Requirement to Correct
Requirement to Correct – Introduction
The Requirement to Correct(RTC) legislation was introduced in the Finance (No 2) Act 2017 to bring into account offshore tax evasion and non-compliance that relates to income, assets, activities or anything having an effect as if it were income, assets and activities. In effect, this relates to anyone with an interest, in whole or in part in an offshore asset, receives income from an offshore source, or have moved income or the proceeds of gains offshore.
As noted, in substance this measure relates to all potential overseas income sources and gains, therefore anyone with overseas property income or gains, trust incomeor business incomeshould take particular note, even if the income is not brought into the UK.
During the introduction of the RTC scheme, under the legislation taxpayers had until 30 September 2017 to declare any relevant information. Alongside this, HMRC have provided an opportunity for taxpayers to correct and disclose any relevant information by the 30 September 2018 deadline. This was introduced in anticipation of and in line with a new data sharing agreement (Common Reporting Standard) between HMRC and over 100 other countries, therefore providing a last opportunity for those who have failed to disclose information, or withheld information to ‘come clean’.
Importantly, this does not only relate to current and future tax years, it relates to previous years too, so long as the relevant period is still within assessment limits. These limits are 4 years, 6 years or 20 years. The limits depend on the substantive actions of the taxpayer, the former where there is an error and the time increases where there is carelessness and then deliberate conduct.
Requirement to Correct – Penalties
Taxpayers may be subject to penalties on unpaid tax whether or not a disclosure is made under the RTC.
The maximum penalty that can be suffered by a taxpayer who does make a disclosure under RTC is 100%. By comparison, the maximum penalty for someone who does not make a disclosure is 200%, this is referred to as a Failure to Correct(FTC) penalty. These penalties are issued alongside interest and payment of the underlying tax owed.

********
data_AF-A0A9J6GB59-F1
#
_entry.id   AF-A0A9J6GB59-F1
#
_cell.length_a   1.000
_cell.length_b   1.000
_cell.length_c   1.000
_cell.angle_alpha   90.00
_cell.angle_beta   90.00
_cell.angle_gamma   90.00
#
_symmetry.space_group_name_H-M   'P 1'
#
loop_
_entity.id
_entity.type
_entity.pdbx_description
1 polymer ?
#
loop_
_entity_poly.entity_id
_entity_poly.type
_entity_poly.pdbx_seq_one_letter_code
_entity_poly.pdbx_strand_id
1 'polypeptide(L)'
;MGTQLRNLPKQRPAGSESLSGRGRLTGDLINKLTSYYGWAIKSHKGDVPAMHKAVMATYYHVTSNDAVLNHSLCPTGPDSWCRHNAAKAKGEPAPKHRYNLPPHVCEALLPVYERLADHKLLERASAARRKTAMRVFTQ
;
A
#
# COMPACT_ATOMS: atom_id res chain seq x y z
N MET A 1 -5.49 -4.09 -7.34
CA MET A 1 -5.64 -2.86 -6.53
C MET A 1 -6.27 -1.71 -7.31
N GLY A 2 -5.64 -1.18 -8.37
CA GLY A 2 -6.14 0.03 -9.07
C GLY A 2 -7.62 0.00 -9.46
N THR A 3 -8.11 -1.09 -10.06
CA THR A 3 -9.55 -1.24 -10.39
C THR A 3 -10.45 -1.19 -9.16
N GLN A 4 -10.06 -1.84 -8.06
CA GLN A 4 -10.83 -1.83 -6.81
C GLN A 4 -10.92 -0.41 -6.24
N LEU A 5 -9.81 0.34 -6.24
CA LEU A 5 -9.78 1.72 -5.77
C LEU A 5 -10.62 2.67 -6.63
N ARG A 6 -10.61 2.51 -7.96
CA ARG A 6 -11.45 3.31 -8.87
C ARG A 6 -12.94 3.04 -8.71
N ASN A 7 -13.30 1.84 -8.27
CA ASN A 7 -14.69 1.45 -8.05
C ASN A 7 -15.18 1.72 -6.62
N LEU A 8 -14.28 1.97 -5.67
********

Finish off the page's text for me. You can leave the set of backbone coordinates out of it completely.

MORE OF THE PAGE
Discretion can be exercised in circumstances whereby a taxpayer does disclose offshore matters and there has been a genuine mistake. In comparison, where there is an FTC the penalty may only be reduced depending on, whether the taxpayer has co-operated, or not, the extent of the disclosure and whether the disclosure was prompted, or not.
Alongside the penalties mentioned above, HMRC may also charge up to 10% of the value of an asset, where the tax owed was over £25,000; name and shame individuals in serious cases and an additional penalty of 50% of the tax is applicable where steps are taken to move assets or funds to counter RTC.
The legislation does provide for reasonable excuses for failing to notify and if satisfied, no penalty will be applied.
However, the legislation specifically excludes certain circumstances being raised as a reasonable excuse, these are:
- Not having the funds available;
- If, relying on another person to do something, you must have taken reasonable care to avoid the failure;
- Where the taxpayer does have a reasonable excuse, this only last as long as the excuse is valid, therefore a taxpayer cannot rely on this after the excuse has ceased;
- Relying on advice in certain circumstances.
As the deadline has now passed, if someone has failed to disclose any relevant offshore income, gains, interests and activities, they will fall squarely within the FTC penalty regime. However, as noted above, penalties can vary significantly, depending on co-operation, extent of disclosure and when the taxpayer discloses the information.
If you feel you, or your client, require any advice in relation to the Requirement to Correct then please get in touch.
Requirement to Correct was last updated on 10 January 2019